Three More Voice Characteristics For Making Connections
Today’s post describes three more vocal characteristics that you can take into account when creating meaningful connections with people, over the phone, or anywhere else where connection matters to you.
Match your ENERGY
I just now remembered a trip with my daughter Aden, 19 years ago, to Epcot Center in Florida. They had an energy exhibit with a theme song. “Energy…You are the source of all life.” It was an infectious ditty, probably because it was so profoundly meaningless yet delivered with, you guessed it, energy!
My favorite definition of energy, and I don’t recall the source, is ‘Energy: a scientific word for everything we don’t understand.’
But here’s one thing I do understand about energy. If a person has a subdued energy, dial yours down. If the person has a lot of energy, amp yours up! If the person sounds down, taking your mood down a notch or two may improve their mood. If a person sounds happy, a similar signal from you creates a better connection than dissonance and dissimilarity.
Match VOCAL VARIETY
As an observer of human behavior, a counselor, coach, and student of communication, I’ve been listening closely to people talk for years. And just as variety is the spice of life, vocal variety can be a spicy mix of highs and lows that creates interest. The most interesting speakers, the most interesting people to talk with, use vocal variety to their benefit, to get and hold interest in what they’re saying.
But if making a connection is your concern, use a similar variety of tones and you’ll find it easier to get and maintain it. Some people talk in a consistently high voice tone. Others in a consistently low voice tone. And some, somewhere in the middle. Some people practically sing their words. They have access to the full range of their tonal variety and use it to speak. Others speak in a monotone, or a narrow range that leaves out the highs and lows.
Match SENTENCE LENGTH and WORD CHOICES
I observe that there are two extremes of verbal constructions: Too short, and running on. Let’s say that another way. With sentences, two extremes. Long. Short.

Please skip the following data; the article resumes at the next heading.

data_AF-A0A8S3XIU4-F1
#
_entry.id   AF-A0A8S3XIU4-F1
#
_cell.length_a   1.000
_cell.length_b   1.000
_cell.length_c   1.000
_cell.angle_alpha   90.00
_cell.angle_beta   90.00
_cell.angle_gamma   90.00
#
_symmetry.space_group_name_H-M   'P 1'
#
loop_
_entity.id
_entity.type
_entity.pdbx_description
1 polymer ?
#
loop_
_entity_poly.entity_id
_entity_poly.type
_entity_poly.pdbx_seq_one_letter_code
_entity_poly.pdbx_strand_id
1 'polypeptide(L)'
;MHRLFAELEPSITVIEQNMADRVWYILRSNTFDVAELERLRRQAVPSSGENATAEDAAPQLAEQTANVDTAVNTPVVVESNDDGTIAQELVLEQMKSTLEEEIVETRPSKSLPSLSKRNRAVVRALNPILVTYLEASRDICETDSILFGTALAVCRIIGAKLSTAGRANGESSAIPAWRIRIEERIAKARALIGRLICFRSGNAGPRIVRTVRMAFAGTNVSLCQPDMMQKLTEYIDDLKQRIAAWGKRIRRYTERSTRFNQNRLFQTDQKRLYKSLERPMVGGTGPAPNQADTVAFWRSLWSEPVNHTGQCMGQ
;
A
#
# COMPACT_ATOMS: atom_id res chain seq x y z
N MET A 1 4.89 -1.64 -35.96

Short and to the point communications are great in email. They’re generally easier to track than long ones, and they allow one to get to the point and stick to it. But people who get too much to the point may find that they’ve failed to point the way to their point. That’s because some people need some detail in order to make sense of what they’re hearing.
Which brings me to run-on sentences where, if you are listening to someone who uses them and, if you’re waiting to find out where they are going with it and, even though it isn’t obvious you hang in there because you suspect that any moment now they will make the point and, that’s when you find yourself noticing all the connectors of fragments of thought into what sounds like an ending about to arrive then that’s when it hits you that the sentence is running on but the point has run away and you have no clue where they were going with this nor do you care anymore and, yet they keep adding in connectors as if somehow that ties it all together which, really, it does in the sense that it ties your brain up into knots and you’re not going to resolve anything by listening further…..
ARGH! YOIKS! DANG! WTF?
Yet when it comes to making and keeping connection, it is sound advice to talk using a similar sentence length and word choices. You don’t have to go to extremes. But some people do have a little to say, and others a lot to say. Some use big words and long sentences, some use short words and short sentences. Hear it, and match it.
For some, it’s not what they say, it’s the words they use to say it that counts most to them. A person using a big vocabulary will appreciate you responding in kind. A person with a limited vocabulary may have trouble understanding complex words and ideas.
Likewise, some people use technical language and jargon, others use colloquialisms. Notice this and respond in kind, and you will make better connections over the phone and in general.
I have a favored memory of standing in line at a bank with my then coauthor and business partner Rick B. We were wearing baseball shirts with the logo of our institute, the ‘Institute for Metalinguistics.’ We founded the institute primarily to justify having a logo which we could put onto baseball shirts. Back in the day, Rick and I had evolved a way of talking that made sense to us but rarely to anyone else. It was a language organized around deconstructing and reconstructing verbalizations into meaningful chunks of data that could be sequenced or simultaneously applied to psycho-neuro-immunology and internally referenced change work. (You get the idea, right?) And we were talking just like that when a lady standing behind us tapped me on the shoulder and said, “What in the world are you guys talking about?” We laughed, and that’s when she saw our baseball shirts and logo. “What’s metalinguistics?” she asked.” One of replied, “We’re doing it now.”
That’s it for this post. At the least, I hope you’re using these posts to help you have fun listening to the way people talk with each other! At best, I hope you’re building connections using this information, and using those connections to bring about positive change. Your comments are welcome. I’ll be back with more in a couple of days.
Rick is a best selling author and the founder of the Art of Change Skills for Life. His book titles include, Dealing with People You Can’t Stand: How to bring out the best in people at their worst, Life by Design and Influence and the Art of Persuasion. These days he is spending quality time away from the spotlight enjoying the company of his wife and practicing his electric guitar.